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  • Writer's pictureJames Purvis

The Top 6 Sales Lessons I Learned from the Industry's Only 5X CRO

If you are in tech sales, it's likely you have heard of "The Godfather" of enterprise software sales, Mr. John McMahon. He's often referred to as "The Godfather" since he's the only 5X Chief Revenue Officer (CRO) out there and created some of the most successful sales teams the industry has ever seen during his time at the helm of PTC, Geo-Tel, Ariba, BladeLogic and BMC. More recently, John has helped shape tech giants such as MongoDB, DataDog, Zscaler, Sprinklr, Lacework, AppDynamics, and Snowflake through his effective sales management philosophies and MEDDPICC sales qualification methodology which is used by thousands of sales organizations across the globe still today.

With the numerous credentials, incredible reputation, and the fact that I've worked for several companies that John has had a strong influence on, I thought I would take a deeper look into his approach to success.

After reading a lot of his content and watching various interviews, I tasked myself to boil down the three most important lessons that John McMahon taught me for both sales leaders and individual contributors.

3 Lessons for Sales Leaders

1. Focus on Development, Not Friendship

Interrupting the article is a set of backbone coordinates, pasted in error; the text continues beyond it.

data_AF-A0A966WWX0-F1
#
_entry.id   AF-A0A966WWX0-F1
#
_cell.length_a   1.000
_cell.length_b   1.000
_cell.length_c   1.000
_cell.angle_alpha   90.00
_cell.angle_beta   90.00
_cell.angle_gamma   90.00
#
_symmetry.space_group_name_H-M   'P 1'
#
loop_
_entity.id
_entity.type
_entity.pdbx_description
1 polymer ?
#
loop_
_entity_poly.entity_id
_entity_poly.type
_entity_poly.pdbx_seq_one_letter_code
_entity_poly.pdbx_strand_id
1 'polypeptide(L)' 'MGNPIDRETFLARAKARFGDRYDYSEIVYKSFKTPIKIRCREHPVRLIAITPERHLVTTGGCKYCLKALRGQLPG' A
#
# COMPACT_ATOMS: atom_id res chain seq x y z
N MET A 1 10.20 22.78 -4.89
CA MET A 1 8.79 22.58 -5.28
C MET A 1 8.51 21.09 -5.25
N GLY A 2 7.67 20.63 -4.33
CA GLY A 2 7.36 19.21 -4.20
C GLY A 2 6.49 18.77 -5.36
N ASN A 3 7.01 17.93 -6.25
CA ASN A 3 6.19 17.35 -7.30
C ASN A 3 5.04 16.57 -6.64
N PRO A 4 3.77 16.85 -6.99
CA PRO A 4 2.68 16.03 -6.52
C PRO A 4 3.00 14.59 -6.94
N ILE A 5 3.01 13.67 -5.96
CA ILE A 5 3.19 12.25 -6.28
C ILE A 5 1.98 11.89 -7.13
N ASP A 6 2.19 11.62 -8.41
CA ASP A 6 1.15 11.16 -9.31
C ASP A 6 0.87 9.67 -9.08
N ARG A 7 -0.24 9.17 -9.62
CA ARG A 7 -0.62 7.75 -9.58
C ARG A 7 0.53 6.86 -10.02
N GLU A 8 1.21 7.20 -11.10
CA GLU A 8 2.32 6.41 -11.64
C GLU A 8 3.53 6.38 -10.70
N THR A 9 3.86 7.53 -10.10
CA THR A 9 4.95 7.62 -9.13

McMahon is a strong believer that the job of being an effective sales leader is to focus on coaching - not to be the best buds with your team. McMahon says:

“They already have enough friends. They’re looking for a leader who can coach them, develop them, push them to achieve things they never thought they could achieve.”

If you hire the right people, they will want to continuously be pushed and strive to get better so that they can achieve results they never thought possible. McMahon states, "If your reps are not moving, they are not growing." So your reps don't go stagnant, it's upon you to show something inside of them that they didn't even see in themselves.

As a sales leader, McMahon states, "If you want to get what you want, you have to get others what they want" so it's important to always have your reps' best interests at heart. Be intimate with your people and know where they are in their career and what they really desire and help them get there.

As a leader, the more you help your team members grow, the more success they will have and success breeds loyalty.